In the last couple of months, we’ve seen an increase in health and wellness, finance, cannabis, e-learning while, as expected, tourism and hospitality have taken a hit. As for content types, we’ve seen a continued interest in blog content (both short- and long-form articles), white papers, and ebooks to support sales enablement and marketing initiatives.
More recently, we’ve observed an increase in requests to support new digital efforts such as pieces that summarize webinars, conferences, and other online events that are replacing the live events companies used to have.
How frequently are customers taking advantage of your services in addition to the self-service model?
Roughly 80% of our customers are self-service clients looking purely for help executing content. In comparison, the remaining 20% represents Managed Service clients that request assistance with strategy, or project management, in addition to pure content writing. That said, our Managed Service clients produce vastly more content overall. So if you break down the total content production from Compose.ly, the lion’s share comes from Managed Service clients.
Managed Service doesn’t always mean we provide the strategy, however. Often it’s more about us serving as a liaison between our writers and the client and assisting in the project management of their content. We have many clients we serve in this structure that will provide us with their keyword research and topic ideation, and we simply execute for them.
What were some of your biggest lessons learned when building a content operations platform?
BIG lessons learned are:
- It’s essential to balance writer headcount vs. client project volume. It is critical that we have a continuous finger on the pulse of the volume of projects and how that balances with the number of writers/editors and their background/expertise. We need to keep the writers busy and satisfied with the amount of work (otherwise they’ll leave the platform), while also ensuring we have the proper writers for the projects coming in. This balance is not an easy one to achieve, and it took a lot of trial and error to make that happen.
- Quality assurance is vital. We had several writers that passed our initial testing and vetting and did an exemplary job when they first joined the platform. However, we found that we had to be vigilant to ensure the writers continued to produce exceptional content. We implemented a feedback loop between our editors and writers, implemented incentives on drafts that were accepted upon initial submission, and training/tips to help our writers grow their skill sets and stay in-tune with the latest/greatest best-practices.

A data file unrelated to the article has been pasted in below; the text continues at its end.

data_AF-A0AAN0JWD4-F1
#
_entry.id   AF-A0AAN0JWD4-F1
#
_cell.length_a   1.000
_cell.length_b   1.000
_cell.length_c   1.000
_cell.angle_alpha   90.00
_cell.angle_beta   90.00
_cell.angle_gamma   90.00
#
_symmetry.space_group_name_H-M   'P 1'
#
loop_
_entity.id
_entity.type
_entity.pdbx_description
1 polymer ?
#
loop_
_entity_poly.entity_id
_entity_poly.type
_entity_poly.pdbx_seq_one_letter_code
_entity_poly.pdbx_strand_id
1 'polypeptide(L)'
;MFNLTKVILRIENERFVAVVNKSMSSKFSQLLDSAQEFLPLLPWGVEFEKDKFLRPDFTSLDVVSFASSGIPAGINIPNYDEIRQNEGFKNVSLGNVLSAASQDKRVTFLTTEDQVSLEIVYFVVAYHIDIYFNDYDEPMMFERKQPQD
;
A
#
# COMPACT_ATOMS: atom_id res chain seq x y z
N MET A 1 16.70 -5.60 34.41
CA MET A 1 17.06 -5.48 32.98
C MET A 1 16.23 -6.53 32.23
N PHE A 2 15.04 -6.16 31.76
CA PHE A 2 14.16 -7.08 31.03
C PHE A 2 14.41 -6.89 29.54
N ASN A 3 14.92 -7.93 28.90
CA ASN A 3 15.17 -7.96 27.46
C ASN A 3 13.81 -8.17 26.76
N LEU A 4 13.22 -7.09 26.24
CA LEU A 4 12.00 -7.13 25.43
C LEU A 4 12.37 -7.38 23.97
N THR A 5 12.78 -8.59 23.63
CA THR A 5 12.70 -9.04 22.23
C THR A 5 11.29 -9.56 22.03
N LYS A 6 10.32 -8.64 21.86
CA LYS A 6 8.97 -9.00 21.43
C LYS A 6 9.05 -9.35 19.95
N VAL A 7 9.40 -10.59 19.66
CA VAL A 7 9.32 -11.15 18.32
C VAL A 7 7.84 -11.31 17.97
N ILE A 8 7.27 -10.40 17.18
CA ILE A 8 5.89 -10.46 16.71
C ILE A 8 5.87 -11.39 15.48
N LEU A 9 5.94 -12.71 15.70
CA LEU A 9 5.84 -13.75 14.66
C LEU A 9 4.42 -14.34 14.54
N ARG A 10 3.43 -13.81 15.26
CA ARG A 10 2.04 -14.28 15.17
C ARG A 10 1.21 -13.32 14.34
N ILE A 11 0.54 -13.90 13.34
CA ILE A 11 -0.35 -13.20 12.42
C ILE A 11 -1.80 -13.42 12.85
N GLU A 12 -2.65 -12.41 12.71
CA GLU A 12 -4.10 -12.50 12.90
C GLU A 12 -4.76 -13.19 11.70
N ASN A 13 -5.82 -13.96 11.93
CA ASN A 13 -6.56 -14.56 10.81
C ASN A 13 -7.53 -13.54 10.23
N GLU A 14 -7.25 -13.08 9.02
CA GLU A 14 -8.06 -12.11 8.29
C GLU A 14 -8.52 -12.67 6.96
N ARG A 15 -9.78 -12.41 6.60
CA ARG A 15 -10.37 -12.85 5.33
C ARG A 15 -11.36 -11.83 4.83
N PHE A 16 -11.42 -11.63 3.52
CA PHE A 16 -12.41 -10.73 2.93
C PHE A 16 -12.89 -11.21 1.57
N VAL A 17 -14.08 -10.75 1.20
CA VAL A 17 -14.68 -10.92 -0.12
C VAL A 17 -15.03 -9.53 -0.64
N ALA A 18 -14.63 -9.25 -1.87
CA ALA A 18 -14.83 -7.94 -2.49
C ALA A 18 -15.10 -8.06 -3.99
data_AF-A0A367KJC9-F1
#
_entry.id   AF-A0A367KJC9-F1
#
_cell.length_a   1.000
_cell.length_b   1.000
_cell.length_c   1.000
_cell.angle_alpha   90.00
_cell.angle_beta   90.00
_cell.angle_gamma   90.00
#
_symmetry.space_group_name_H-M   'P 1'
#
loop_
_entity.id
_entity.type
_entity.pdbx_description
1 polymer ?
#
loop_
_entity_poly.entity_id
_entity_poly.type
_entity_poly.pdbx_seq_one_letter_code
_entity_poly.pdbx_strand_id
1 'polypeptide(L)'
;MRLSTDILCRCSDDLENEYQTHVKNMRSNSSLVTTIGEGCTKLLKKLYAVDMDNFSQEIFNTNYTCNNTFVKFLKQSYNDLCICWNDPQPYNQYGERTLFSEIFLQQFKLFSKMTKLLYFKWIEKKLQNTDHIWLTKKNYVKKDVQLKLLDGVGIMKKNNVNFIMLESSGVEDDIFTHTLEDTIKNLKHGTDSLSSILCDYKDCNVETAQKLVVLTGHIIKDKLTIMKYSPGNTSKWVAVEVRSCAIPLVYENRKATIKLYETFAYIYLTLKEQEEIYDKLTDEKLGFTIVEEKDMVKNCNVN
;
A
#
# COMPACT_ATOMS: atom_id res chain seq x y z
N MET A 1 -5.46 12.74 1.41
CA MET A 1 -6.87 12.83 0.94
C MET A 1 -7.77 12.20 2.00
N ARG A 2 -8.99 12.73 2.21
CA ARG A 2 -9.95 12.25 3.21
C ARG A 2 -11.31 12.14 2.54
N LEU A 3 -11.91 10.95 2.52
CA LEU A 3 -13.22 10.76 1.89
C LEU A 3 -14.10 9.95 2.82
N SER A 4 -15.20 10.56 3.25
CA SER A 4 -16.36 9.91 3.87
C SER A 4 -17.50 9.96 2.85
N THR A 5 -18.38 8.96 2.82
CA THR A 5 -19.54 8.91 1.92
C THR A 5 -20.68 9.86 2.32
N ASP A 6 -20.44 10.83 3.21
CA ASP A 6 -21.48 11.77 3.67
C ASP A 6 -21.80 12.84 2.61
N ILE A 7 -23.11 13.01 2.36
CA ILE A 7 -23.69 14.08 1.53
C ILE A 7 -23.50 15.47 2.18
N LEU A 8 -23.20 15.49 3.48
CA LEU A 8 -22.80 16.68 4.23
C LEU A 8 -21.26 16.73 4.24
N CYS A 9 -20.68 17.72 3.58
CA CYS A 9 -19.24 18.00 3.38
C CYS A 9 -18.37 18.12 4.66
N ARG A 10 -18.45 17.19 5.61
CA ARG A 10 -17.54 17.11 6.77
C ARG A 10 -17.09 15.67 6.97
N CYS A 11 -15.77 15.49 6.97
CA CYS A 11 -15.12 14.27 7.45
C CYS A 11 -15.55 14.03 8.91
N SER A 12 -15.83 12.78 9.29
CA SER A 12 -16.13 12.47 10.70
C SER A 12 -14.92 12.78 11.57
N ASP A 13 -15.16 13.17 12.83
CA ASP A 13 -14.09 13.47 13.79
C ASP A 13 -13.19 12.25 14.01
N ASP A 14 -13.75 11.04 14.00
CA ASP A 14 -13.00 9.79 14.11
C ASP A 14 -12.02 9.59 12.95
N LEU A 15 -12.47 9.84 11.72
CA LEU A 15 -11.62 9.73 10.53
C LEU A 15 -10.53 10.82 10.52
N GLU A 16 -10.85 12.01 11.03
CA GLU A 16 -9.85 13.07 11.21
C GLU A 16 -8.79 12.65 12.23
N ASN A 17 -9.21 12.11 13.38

What is on your must-have list regarding qualities & experience for writers in your network?
We pride ourselves on cultivating a robust and diverse writer community at Compose.ly. Our must-have qualities include:
- Must be a native English speaker with a firm grasp of punctuation, grammar, and writing mechanics
- Familiarity with SEO—not necessarily outright expertise because we understand that SEO is a nuanced skill set. However, on that note, we train writers to build upon their existing SEO knowledge.
- Industry experience and/or research skills. This can be difficult to parse out at times, as a writer may have a strong resume that supports their knowledge and expertise in a particular industry. In contrast, others draw their knowledge from research savvy (e.g., someone who isn’t a lawyer but has done extensive research on legal systems and understands them very well).
- Reliability. Finding reliable freelance writers that can meet deadlines and consistently produce great content is not easy. We have an internal rating system. If the writers drop below a certain rating due to not meeting deadlines, sub-par work, etc., we’ll remove them from our platform.
Of course, the perfect candidate on paper may not always be the best fit. When recruiting writers, we look beyond the resume and focus on those that communicate professionally and promptly. Before officially onboarding any writers onto our platform, we test them to ensure a good fit.
Connect with your peers, ask questions, and share your experience through our new Slack community. Join the Content Strategy Collective here.
Written by Stephen Jeske